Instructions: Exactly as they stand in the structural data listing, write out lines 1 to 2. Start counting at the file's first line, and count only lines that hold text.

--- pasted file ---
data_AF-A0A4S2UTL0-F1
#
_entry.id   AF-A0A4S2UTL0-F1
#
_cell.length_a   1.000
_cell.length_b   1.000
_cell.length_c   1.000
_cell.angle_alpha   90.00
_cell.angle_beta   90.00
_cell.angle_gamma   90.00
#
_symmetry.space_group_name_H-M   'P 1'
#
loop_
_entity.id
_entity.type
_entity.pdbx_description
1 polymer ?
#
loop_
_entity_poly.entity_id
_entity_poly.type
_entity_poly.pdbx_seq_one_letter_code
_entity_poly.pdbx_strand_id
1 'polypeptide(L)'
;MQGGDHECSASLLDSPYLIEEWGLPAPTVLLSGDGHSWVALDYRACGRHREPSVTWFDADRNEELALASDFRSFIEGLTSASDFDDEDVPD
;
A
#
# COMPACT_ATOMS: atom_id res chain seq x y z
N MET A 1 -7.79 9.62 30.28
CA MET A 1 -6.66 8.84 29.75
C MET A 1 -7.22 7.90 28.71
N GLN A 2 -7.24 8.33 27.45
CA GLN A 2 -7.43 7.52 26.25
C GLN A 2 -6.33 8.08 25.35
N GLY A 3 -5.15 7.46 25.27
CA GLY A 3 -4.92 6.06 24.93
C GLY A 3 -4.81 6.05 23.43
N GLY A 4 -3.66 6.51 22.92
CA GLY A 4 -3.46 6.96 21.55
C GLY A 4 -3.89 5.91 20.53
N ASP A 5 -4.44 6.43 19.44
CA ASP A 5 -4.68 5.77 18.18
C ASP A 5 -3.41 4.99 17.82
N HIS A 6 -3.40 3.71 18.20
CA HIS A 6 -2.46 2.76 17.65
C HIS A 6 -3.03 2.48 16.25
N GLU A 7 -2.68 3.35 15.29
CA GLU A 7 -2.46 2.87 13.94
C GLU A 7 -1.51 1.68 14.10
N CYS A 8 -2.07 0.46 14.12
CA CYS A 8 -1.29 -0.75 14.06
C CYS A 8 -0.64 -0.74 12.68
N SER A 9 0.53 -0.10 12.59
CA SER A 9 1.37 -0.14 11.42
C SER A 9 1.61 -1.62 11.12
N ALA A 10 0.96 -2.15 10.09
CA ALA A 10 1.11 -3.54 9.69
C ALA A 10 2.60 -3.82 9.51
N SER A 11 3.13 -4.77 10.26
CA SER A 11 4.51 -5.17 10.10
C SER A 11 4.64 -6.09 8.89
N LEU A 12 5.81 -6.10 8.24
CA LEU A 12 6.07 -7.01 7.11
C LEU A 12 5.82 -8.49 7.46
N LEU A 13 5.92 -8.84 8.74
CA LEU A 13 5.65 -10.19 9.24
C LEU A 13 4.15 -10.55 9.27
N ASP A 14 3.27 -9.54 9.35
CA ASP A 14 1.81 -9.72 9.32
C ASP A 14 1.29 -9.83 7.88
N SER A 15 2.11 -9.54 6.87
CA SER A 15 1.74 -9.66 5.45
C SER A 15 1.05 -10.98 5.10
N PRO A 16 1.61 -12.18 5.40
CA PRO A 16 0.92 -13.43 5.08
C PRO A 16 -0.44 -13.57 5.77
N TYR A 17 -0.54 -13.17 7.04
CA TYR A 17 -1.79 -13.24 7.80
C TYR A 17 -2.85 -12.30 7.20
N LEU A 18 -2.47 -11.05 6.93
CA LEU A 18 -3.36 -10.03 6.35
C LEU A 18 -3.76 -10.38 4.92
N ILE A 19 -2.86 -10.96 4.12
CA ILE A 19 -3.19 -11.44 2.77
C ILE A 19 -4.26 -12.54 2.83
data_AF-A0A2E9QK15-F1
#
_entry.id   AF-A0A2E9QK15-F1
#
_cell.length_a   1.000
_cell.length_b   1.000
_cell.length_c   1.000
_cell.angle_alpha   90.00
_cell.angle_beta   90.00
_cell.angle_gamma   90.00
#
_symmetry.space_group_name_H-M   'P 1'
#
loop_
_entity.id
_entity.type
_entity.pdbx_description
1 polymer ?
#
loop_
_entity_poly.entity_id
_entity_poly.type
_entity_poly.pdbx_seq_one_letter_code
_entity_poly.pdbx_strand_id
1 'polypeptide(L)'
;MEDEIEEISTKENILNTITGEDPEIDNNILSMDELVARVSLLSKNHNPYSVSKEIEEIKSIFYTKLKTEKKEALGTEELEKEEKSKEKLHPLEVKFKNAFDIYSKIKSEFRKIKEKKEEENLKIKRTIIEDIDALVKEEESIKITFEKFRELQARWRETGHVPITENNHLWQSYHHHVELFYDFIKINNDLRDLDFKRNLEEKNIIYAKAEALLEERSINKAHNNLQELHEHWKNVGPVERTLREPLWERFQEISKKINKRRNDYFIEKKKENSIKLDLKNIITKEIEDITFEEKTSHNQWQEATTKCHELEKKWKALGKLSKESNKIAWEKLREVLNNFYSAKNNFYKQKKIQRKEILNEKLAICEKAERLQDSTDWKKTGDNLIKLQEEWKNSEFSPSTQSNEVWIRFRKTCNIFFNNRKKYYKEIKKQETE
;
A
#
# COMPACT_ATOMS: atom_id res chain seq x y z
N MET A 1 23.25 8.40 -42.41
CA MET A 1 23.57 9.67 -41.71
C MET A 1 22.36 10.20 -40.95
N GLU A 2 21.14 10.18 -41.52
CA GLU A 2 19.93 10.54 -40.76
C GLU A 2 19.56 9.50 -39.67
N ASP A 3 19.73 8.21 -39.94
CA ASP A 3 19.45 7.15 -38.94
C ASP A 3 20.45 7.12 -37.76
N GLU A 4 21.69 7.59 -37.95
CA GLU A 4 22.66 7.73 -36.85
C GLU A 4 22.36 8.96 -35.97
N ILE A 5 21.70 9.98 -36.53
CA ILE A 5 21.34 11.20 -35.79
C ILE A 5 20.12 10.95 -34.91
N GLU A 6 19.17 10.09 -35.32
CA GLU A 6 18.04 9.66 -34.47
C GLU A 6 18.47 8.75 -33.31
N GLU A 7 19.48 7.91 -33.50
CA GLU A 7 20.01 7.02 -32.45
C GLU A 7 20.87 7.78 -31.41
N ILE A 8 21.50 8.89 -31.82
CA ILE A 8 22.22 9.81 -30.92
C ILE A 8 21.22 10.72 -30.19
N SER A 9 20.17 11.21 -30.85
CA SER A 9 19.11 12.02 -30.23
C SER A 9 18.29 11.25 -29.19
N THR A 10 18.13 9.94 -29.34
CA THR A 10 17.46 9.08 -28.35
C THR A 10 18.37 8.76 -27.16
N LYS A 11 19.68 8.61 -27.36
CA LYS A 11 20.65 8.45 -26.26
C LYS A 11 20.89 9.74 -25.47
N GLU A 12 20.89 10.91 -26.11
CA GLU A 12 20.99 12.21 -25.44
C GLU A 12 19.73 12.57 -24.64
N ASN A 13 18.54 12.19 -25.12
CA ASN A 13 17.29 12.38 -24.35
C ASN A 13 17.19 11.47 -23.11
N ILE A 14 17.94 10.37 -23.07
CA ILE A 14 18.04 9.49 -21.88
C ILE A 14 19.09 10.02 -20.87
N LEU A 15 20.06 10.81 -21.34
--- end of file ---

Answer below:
data_AF-A0A4S2UTL0-F1
#